In this thread,http://www.kinook.co...hp?p=20178#post20178
Kyle, the man behind kinook, says, in answer to a complaint by a user that Ultra Recall doesn't find text in pdf's that are not imported into UR, but just referenced by UR (which is the much smarter way imo, cf. my "Passion" thread here),
"Note that some PDF files aren't parseable for text content. One PDF text parser vendor indicated, "Some PDFs will simply never parse the way you would expect them to for various reasons. There is NO PDF to text converter in the world that can work with every PDF file ever created. Even Adobe itself cannot convert all PDFs to text properly." The PDF parser we use works with most files we have tested, but I believe that if the text in the PDF file is encrypted or stored in a non-standard format, most tools can't parse text from them."
This brings the idea to me of the respective reliability of those pim's or other pdf managers (e.g. of the "university kind") that index referenced pdf files since it's clear as day that people who store many such papers want this to be done automatically and without then having to wonder about the quality of the built-up index, i.e. if you store pdf's, thinking you'll be able to search them afterwards, you obviously rely upon this manager building up the index properly - if afterwards, it will not find but some terms, in an aleatoric way, whilst it won't find others, but not even indicating to you that many terms could be there that it has not been able to index (= and to search now), you might be in deep trouble:
In ancient times, we had to read books and journals in order to scan for possible "hits"; if you just store pdf papers now, relying on the search feature of your pdf manager to produce these same hits, and if this manager doesn't find but some of them, you'll end up discarding papers that could have been central to your subject or "overlook" important parts in them.
Hence my questions:
- What are such pdf managers (except for the obvious ones, i.e. pdf "editors" from Adobe and its competitors), and which index referenced pdf's? (I know about UR, then TheBrain, and not many more.)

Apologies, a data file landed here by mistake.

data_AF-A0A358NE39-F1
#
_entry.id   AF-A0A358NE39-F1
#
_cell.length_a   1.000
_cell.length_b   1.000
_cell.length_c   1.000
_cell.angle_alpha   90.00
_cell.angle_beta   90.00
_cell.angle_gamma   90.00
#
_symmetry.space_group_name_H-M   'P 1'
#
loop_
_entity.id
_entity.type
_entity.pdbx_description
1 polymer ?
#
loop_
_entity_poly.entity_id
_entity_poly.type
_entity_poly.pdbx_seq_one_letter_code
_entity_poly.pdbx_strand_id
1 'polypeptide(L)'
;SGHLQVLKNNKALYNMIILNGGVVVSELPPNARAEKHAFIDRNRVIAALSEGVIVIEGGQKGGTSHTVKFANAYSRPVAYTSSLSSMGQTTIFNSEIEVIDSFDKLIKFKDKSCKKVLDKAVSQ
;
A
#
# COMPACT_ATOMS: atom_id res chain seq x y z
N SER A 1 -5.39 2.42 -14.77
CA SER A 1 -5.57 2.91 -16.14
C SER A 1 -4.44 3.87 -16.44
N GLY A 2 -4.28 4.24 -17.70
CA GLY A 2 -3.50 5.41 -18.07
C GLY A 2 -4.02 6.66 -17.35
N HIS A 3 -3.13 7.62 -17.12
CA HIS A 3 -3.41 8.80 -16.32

- What about the "pdf quality" of those standard search progs, e.g. Copernic, X1, dtSearch, etc.?
- Have you got some experience with these reliability questions, with what sw?
- Is there sw that will check the global file size or such of an indexed pdf, and inform you of possible discrepancies between this overall size and the possible sparcity of terms it found in it, in order to be indexed? I.e. are there progs that at least "warn you" when doing the indexing? (I mean when they encounter probs or when they assume there are probs?)
- If not, do these progs at least warn you, on indexing, when they can't "read" the file to index? (I mean when a file is "secured" or such and cannot be indexed at least, vs. problematic parts "only", in the first alternative.)
- Of course, Kyle from kinook in his cited answer tries to reduce the problem to such pdf files that "cannot" be read, but then, in other respects, Kyle is not into expensive components for his prog, so his pdf parser is probably not the very best on the market either (a similar prob in UR: the quality / lacking speed of its html storage, cf. the "specialists", Surfulater and especially WebResearch), hence my idea that there will certainly be big differences in the quality / completeness (or absence of it) of this indexing pdf's.
For the reasons cited above - today, you often rely upon technology to "read" for you, so you should better know if the technology you rely upon is trustworthy or not - this - rather overlooked - subject seems to be of high importance. Any insights or sources?
At the end of the day, it could come down to Adobe Acrobat and / or dtSearch, i.e. the most expensive, specialised offerings, but perhaps we get valuable info on more practical offerings - some pim (and its in-built pdf parser) could be as good in indexing pdf's as could be Acrobat... all the more so since many pdf's are not created with Acrobat, so the Adobe solution might not necessarily be the best of them all, for "reading" / indexing, and it's certainly not a very practical one -
Pdf editing is rather advanced now, and there are many low or medium priced offerings. But reliable pdf M seems to be a thing needing further discussion, especially in the light of the possible harms of
a) absence of indexing, and
b) partial indexing only,
when in neither case the user is informed of the lacking index entries.
EDIT: I'd wish to add that many pdf's are compounds of various sources, i.e. different parts in it might have been created by very different means. So within the same pdf, different "cases" of processing needs might apply, and I hope a "good" parser will properly evaluate this and react accordingly, whilst a cheap parser probably will just skip the "difficult" parts, and worse, without telling you it just skipped them.